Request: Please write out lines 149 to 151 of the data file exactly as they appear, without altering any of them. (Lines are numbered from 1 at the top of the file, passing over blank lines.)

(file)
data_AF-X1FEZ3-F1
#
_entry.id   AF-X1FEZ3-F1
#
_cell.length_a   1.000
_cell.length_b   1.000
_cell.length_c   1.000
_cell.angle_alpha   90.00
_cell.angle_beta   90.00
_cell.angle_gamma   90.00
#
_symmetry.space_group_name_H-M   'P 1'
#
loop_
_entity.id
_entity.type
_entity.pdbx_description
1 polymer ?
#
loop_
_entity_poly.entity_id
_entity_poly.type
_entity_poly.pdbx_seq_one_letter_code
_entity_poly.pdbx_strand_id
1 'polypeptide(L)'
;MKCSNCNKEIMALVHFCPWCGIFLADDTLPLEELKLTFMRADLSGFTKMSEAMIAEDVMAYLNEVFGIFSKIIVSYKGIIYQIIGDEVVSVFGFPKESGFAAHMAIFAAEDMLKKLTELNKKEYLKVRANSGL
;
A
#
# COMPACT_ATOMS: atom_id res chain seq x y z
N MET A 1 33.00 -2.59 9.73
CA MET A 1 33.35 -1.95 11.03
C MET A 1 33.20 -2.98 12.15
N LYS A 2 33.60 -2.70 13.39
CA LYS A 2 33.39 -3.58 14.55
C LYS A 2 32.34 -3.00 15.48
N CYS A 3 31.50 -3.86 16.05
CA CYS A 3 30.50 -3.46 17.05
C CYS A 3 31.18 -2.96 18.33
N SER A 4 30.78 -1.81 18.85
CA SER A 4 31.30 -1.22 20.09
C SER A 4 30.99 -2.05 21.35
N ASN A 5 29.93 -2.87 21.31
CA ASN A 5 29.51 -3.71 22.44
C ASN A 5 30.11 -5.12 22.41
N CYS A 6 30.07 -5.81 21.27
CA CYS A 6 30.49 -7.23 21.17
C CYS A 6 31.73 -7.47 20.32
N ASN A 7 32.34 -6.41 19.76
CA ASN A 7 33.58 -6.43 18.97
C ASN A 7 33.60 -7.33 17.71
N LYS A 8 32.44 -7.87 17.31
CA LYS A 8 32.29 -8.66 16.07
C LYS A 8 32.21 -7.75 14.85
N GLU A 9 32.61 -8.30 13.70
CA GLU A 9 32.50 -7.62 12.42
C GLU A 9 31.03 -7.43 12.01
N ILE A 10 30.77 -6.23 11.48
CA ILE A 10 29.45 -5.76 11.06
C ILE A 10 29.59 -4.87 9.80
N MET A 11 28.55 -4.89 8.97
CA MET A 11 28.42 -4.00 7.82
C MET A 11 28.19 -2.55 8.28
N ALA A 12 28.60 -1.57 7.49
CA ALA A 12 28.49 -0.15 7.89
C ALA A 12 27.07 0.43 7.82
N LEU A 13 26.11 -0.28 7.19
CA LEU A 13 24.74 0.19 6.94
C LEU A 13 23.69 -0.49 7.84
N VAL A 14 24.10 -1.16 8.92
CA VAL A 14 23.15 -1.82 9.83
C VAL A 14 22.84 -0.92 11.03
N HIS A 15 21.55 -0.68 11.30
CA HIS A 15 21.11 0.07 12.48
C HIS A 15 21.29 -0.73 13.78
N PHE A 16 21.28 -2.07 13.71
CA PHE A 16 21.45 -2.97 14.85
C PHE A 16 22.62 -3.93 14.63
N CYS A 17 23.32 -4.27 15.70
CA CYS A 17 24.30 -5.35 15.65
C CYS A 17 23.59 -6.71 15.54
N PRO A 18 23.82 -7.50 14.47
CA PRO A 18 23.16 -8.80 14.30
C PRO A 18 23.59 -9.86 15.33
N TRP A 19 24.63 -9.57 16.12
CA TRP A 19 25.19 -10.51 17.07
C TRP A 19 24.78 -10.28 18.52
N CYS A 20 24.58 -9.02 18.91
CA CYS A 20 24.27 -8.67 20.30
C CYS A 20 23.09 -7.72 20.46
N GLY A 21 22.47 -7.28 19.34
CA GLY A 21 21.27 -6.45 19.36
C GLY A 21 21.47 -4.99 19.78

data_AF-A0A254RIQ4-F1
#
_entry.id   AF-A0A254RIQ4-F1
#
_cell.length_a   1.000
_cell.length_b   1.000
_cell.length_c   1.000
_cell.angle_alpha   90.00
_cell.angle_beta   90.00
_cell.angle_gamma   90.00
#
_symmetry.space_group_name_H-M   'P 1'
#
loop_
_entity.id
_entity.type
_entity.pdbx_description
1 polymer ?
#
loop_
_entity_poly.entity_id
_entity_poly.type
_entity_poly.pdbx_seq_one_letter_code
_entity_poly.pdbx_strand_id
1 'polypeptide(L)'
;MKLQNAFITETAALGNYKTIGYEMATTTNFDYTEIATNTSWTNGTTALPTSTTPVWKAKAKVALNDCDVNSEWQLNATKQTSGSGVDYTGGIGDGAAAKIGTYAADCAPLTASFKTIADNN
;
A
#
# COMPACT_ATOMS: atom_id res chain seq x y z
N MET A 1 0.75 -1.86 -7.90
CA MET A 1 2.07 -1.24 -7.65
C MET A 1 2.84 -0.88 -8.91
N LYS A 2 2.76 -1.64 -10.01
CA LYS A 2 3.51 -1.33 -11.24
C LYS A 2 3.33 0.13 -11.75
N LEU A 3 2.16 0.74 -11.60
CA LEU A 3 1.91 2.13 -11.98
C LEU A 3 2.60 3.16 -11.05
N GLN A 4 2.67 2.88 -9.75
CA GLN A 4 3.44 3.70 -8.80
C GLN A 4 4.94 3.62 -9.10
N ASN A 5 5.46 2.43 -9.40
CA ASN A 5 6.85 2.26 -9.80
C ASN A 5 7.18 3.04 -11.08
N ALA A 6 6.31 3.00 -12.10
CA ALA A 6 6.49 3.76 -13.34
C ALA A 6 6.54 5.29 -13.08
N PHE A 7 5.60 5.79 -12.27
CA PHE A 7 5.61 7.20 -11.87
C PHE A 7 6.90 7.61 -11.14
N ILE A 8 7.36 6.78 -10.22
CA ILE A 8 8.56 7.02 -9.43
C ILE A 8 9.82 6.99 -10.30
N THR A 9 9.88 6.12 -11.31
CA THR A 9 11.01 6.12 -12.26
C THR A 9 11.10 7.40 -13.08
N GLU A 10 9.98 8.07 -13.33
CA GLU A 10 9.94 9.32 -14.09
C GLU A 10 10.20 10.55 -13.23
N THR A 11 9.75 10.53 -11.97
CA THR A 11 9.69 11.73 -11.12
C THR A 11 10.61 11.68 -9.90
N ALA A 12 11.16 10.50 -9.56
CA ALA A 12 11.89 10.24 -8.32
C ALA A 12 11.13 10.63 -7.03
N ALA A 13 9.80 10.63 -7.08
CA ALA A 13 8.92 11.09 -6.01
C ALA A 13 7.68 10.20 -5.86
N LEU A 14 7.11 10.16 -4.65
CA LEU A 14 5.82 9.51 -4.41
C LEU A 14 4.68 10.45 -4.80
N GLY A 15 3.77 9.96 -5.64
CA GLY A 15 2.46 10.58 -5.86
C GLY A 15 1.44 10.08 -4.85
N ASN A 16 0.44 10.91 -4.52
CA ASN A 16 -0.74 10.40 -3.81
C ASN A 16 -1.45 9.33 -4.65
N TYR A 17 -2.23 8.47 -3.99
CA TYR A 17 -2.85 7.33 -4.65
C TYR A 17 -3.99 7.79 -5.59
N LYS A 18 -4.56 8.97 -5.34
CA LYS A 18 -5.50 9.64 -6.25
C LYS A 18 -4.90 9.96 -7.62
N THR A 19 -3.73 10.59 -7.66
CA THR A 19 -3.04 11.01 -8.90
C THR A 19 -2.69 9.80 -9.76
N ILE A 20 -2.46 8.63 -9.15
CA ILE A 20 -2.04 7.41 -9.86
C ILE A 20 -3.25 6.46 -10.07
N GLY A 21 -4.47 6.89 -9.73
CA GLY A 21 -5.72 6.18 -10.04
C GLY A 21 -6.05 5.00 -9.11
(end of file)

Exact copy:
CA THR A 9 11.01 6.12 -12.26
C THR A 9 11.10 7.40 -13.08
N GLU A 10 9.98 8.07 -13.33